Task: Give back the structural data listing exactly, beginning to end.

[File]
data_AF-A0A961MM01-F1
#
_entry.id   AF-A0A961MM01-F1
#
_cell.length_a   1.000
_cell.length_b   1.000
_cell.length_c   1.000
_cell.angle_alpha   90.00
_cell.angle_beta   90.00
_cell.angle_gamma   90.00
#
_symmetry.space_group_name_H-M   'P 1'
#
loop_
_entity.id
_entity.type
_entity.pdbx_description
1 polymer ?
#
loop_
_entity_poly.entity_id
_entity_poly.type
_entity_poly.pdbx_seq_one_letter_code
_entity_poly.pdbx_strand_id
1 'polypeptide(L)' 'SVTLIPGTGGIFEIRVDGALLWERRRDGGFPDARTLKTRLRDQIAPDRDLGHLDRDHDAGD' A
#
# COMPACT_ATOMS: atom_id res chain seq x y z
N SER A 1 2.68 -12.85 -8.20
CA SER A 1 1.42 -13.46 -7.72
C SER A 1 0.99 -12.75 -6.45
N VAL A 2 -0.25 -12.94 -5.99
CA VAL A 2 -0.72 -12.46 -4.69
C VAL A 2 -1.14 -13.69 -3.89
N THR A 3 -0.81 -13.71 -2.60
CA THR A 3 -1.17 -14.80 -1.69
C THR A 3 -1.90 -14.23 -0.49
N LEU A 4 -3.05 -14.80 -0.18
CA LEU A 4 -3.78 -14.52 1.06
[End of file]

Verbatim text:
data_AF-A0A961MM01-F1
#
_entry.id   AF-A0A961MM01-F1
#
_cell.length_a   1.000
_cell.length_b   1.000
_cell.length_c   1.000
_cell.angle_alpha   90.00
_cell.angle_beta   90.00
_cell.angle_gamma   90.00
#
_symmetry.space_group_name_H-M   'P 1'
#
loop_
_entity.id
_entity.type
_entity.pdbx_description
1 polymer ?
#
loop_
_entity_poly.entity_id
_entity_poly.type
_entity_poly.pdbx_seq_one_letter_code
_entity_poly.pdbx_strand_id
1 'polypeptide(L)' 'SVTLIPGTGGIFEIRVDGALLWERRRDGGFPDARTLKTRLRDQIAPDRDLGHLDRDHDAGD' A
#
# COMPACT_ATOMS: atom_id res chain seq x y z
N SER A 1 2.68 -12.85 -8.20
CA SER A 1 1.42 -13.46 -7.72
C SER A 1 0.99 -12.75 -6.45
N VAL A 2 -0.25 -12.94 -5.99
CA VAL A 2 -0.72 -12.46 -4.69
C VAL A 2 -1.14 -13.69 -3.89
N THR A 3 -0.81 -13.71 -2.60
CA THR A 3 -1.17 -14.80 -1.69
C THR A 3 -1.90 -14.23 -0.49
N LEU A 4 -3.05 -14.80 -0.18
CA LEU A 4 -3.78 -14.52 1.06